Militants attack Pakistan police academy, killing 48
QUETTA, Pakistan (AP) -- An hours-long attack by a group of militants, including suicide bombers who stormed a Pakistani police academy in the southwestern city of Quetta, left at least 48 dead, mostly police trainees, officials said Tuesday.
No one immediately claimed responsibility for the attack, for which authorities blamed the Taliban and al-Qaida-linked groups. Pakistani troops responding to the assault said they killed one of the suicide bombers while two others detonated their explosives vests, blowing themselves up.
Health officials said over 116 have been wounded - mostly police recruits and some paramilitary troops. Noorul Haq, top health official in Quetta, the capital of the country's restive Baluchistan province, said several of the wounded were in critical condition, sparking concerns the death toll would rise further.
A security official, speaking on condition of anonymity because he was not authorized to talk to the media, put the death toll at 51 but that figure could not independently be confirmed.
The attack started at 11:30 p.m. on Monday and provincial Home Minister Sarfraz Bugti said the attackers shot and killed a police guard at the watch tower before they stormed into the facility.
There were disparate figures as to the number of attackers. Provincial police chief Ahsan Mahboob said there were four gunmen while a statement issued by the military put the number of attackers at up to six.
About 700 cadets, trainees, instructors and other staff were inside the academy when it was attacked, Bugti said, adding that the gunbattle with the militants lasted for at least four hours.
Once inside the academy grounds, Pakistani media said the gunmen headed straight to the dorms housing the cadets and trainees and opened fire, shooting indiscriminately. Some of the cadets jumped off the rooftops and through windows to try to escape.
"They were rushing toward our building, firing," one cadet told Pakistani Geo TV news channel. "We rushed for safety toward the roof and jumped down in the back of the building."
Another recruit, his face covered in blood, told the station the gunmen shot at whoever they saw. "I ran away, just praying God might save me," he said.
After hours of siege, the attack was over, said the home minister, Bugti. Pakistani forces tightened security around the academy and Quetta hospitals were the wounded were taken.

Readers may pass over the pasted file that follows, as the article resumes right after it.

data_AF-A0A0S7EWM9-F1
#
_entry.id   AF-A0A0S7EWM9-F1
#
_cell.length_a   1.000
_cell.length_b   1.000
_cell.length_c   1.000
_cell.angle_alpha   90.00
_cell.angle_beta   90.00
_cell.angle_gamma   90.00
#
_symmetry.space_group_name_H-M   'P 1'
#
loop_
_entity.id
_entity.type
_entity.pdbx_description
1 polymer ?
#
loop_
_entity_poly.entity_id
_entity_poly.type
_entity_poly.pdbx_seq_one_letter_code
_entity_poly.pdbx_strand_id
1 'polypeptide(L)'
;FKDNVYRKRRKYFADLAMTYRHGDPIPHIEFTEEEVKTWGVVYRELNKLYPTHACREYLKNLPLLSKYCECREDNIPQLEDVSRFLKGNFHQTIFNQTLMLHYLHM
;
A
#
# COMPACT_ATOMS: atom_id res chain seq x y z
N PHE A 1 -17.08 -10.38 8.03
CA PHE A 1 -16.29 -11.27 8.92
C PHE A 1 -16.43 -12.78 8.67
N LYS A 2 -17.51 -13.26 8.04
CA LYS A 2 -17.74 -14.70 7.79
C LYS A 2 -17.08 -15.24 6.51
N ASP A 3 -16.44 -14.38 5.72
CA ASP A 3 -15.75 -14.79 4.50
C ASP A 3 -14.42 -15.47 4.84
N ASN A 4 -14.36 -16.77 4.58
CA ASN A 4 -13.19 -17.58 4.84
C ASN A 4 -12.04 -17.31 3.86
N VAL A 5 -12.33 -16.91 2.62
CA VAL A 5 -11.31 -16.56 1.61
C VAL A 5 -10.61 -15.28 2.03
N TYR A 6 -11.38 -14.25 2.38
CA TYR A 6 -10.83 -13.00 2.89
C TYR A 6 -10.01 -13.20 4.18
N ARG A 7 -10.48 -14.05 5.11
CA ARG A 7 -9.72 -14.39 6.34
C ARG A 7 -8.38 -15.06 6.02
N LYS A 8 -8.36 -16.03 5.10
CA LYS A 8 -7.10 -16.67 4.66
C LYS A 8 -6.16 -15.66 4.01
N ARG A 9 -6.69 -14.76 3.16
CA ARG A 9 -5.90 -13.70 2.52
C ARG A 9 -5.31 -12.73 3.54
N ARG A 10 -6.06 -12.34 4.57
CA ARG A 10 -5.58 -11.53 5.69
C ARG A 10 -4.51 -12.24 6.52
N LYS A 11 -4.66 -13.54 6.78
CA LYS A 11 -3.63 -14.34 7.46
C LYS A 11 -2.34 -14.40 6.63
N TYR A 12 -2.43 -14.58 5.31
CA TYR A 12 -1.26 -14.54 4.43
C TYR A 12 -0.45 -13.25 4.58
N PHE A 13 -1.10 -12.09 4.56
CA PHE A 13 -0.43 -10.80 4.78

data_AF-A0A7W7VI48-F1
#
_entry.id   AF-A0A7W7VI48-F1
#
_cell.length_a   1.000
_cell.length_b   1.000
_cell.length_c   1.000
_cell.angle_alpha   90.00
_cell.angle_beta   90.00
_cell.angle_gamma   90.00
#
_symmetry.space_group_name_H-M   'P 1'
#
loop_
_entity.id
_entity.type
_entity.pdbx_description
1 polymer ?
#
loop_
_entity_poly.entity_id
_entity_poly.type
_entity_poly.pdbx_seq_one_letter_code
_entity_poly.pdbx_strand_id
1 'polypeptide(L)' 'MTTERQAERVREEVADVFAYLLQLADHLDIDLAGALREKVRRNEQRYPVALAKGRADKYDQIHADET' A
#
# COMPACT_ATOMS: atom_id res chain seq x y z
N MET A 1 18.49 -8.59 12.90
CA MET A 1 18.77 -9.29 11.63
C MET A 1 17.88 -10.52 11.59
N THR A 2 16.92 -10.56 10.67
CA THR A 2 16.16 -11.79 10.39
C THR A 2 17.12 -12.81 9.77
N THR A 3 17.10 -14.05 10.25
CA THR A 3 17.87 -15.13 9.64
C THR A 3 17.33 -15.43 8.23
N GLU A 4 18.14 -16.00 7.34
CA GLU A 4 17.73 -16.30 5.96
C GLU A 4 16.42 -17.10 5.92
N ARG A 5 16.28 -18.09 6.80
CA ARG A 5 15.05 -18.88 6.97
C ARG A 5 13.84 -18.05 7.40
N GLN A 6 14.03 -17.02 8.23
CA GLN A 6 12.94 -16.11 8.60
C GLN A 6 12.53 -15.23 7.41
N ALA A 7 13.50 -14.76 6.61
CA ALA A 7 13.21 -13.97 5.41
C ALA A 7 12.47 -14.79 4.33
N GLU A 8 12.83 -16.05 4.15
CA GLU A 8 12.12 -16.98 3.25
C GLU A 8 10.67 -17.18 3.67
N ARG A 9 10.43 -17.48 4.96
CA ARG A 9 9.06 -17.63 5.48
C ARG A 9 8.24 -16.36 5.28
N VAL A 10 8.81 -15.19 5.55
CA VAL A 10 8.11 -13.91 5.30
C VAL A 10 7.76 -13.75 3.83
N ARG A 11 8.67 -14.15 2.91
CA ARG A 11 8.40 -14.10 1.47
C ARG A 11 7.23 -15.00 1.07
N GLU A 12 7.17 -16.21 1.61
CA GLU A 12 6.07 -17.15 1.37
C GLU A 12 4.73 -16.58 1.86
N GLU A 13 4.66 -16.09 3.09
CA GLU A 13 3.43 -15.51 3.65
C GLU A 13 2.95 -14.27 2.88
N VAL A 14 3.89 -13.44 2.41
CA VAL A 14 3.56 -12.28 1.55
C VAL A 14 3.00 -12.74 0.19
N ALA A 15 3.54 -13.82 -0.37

Footage aired on local television stations showed ambulances rushing out of the main entrance of the academy as fire engines struggled to put out fires set off by the explosions from the attackers' suicide vests. Most of those being treated at the city hospitals had gunshot wounds, although some sustained injuries jumping off the rooftop of the hostel housing the cadets to escape the gunmen.
"This war isn't over," said Pakistani Interior Minister Chaudhry Nisar Ali Khan. "The enemy is weakened, but not eliminated."
Maj. Gen. Sher Afgan, head of the Pakistani paramilitary force which is primarily responsible for the province, claimed the attackers had received instructions from commanders in neighboring Afghanistan. He said they were most likely from the banned Lashker-e-Jhangvi Al-Almi militant group affiliated with al-Qaida and the Taliban. The Sunni militant group has mainly targeted minority Shiite Muslims whom its members consider to be infidels.
But neither Lashker-a-Jhangvi nor any other militant group, including the breakaway Pakistani Taliban faction of Jamaat-ul Ahrar, which has staged several large attacks previously in Baluchistan, claimed responsibility for the assault on the police academy.
Though Jamaat-ul Ahrar has not formally pledged allegiance to Islamic State group, it says it supports the cause of the Sunni extremist group fighting mainly in Syria and Iraq.
Afghanistan condemned the attack in Quetta and dismissed Pakistan's allegations that the assault was planned from bases inside Afghanistan.
"Afghanistan is the biggest victim of terrorism and denounces all terrorist attacks," said Mohammad Haroon Chakhansuri, spokesman for Afghan President Ashraf Ghani.
In a separate statement, Ghani also condemned the attack, saying that "terrorism is a threat throughout the region, which is reflected in the brutal act today in Quetta."
Pakistan maintains that militants fleeing army operations in the tribal regions regularly escape across the border, finding safe havens inside Afghanistan. For his part, Ghani has been deeply critical of Pakistan, saying it has provided safe havens to the Taliban and in particular the violent Haqqani network.
For over a decade, Baluchistan has been the scene of a low-intensity insurgency by nationalist and separatist groups demanding a bigger share in the regional resources. Islamic militants and Sunni sectarian also have a presence in the province.
Pakistan has carried out several military operations against militants in country's lawless tribal regions along Afghanistan border, including a major push that started mid 2014 in North Waziristan, a militant base. The Islamic militants have killed tens of thousands of people in their bid to overthrow Pakistan's government and install their own harsh brand of Islamic law.
Associated Press Writers Zarar Khan and Asif Shahzad in Islamabad; Riaz Khan in Peshawar; Ishtiaq Mahsud in Dera Ismail Khan, Pakistan, and Amir Shah in Kabul, Afghanistan contributed to this report.